Income Tax for NRI's (Non Resident Indians)

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India NRI Tax implies the taxes that are exempted from the interest income of the non-residential Indians. NRIs are those who are either born and brought up outside India, in some other country but have an Indian origin or those who are born in India but reside in some other foreign country.

The recent survey shows that the number of existing NRIs is more than 30 million, excluding countries such as Pakistan, Bangladeshi, Roma diaspora, and Sri Lanka. Of late, the Government of India has issued a new scheme of 'Overseas Citizenship of India (OCI)' that confirms a dual citizenship to the non-residential Indians for the very first time after the independence in 1947. The NRIs are also considered Persons of Indian Origin (PIO). The non-residential Indians not only enjoy a series of privileges ensured by the FERA and RBI but also the schemes that falls under the Income Tax Act. The Income Tax Act, 1961 has not only covered some of the domestic tax laws, but also various treaties signed on the basis of Authority for Advance Rulings, Model Tax Convention of the Organization for Economic Co-operation and Development (OECD) and its Statement, and Court judgments.

Global trade in India has not only been a strong boost for the Indian economy but has also opened up many opportunities with regard to the entry of foreign subsidiaries to the conglomerates in India. A number of MNCs are set up as a consequence of this. Section 5 and section 6 of the Income Tax Act, 1961 determines the tax implications of the residential status of such overseas subordinates. The NRI Tax is charged on the income interest of the NRIs, and this persists at a fixed rate on the gross earning and this tax service is not subjected to any deduction of expenses.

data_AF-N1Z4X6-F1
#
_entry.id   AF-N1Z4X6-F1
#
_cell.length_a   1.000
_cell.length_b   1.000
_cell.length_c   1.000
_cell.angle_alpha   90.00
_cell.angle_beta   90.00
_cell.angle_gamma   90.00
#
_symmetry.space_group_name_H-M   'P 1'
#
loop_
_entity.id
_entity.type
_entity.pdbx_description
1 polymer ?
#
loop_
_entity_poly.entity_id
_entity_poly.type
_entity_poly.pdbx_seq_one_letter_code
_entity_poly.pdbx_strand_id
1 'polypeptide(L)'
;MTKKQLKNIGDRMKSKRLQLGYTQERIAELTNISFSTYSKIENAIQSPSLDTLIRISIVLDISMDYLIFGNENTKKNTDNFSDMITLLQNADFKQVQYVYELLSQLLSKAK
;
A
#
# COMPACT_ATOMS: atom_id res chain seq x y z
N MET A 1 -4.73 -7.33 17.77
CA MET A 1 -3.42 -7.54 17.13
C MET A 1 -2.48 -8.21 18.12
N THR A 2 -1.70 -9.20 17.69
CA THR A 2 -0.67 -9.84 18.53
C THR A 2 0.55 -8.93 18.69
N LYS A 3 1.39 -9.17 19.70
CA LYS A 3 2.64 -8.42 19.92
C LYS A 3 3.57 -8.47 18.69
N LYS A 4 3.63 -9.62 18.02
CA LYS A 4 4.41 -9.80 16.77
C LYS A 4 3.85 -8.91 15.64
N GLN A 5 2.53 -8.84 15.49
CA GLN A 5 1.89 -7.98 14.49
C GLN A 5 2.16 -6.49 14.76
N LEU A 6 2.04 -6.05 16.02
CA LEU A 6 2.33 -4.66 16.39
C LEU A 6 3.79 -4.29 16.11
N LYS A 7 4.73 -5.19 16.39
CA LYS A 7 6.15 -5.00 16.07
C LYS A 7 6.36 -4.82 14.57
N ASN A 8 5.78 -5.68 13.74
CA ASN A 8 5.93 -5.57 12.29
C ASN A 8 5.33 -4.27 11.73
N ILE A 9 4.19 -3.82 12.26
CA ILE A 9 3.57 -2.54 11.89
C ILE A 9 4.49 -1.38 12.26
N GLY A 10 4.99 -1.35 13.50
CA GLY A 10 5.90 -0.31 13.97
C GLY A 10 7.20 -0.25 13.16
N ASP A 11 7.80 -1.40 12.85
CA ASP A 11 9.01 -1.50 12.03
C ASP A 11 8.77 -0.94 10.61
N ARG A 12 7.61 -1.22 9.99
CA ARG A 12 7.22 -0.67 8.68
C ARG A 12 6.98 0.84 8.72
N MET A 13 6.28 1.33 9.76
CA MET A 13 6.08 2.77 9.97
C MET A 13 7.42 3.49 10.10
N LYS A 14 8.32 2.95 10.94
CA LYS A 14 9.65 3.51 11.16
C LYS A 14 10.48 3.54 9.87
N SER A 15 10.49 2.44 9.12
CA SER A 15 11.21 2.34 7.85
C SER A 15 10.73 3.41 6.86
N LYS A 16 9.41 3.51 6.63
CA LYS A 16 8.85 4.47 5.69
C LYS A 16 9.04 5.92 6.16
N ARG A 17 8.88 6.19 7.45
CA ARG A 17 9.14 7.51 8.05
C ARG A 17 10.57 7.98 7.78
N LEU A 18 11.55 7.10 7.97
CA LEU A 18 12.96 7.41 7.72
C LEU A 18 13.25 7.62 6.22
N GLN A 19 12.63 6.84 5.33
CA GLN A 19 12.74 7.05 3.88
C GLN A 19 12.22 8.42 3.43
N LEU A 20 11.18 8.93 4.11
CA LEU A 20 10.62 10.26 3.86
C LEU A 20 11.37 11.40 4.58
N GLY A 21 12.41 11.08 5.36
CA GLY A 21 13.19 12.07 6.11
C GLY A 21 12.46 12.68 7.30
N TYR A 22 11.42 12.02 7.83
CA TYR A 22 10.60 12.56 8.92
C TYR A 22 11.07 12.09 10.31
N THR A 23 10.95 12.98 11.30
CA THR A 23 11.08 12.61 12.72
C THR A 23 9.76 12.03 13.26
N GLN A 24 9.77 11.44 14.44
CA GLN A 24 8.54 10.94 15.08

Some particulars of India NRI tax statistics are listed below:
  • Foreign companies are required to pay 20 percent interest rate on borrowing the foreign currency from the Indian government or any other Indian concern.
  • Non-residents are also liable to pay 20 percent interest on borrowing foreign currency from the Government of India or any other Indian firm.
  • NRIs are subjected to pay 10 percent interest while entering into a bond with an Indian company if such bonds are issued under the schemes forwarded by the Central Government. These are called Foreign Currency Convertible Bonds and are usually taken as a conglomeration or demerger.
  • Under the Securities Contracts (Regulation) Act of 1956, the foreign institutions are liable to pay 20 percent interest, based on the income from securities that are enlisted in any well-reputed stock exchange in India.
  • Apart from these special schemes issued by the Government of India designed exclusively for the non-residential Indians under India NRI Tax, the income tax rate remains the same. Income tax is charged on the net income at a normal rate.

Last Updated on 6/22/2015

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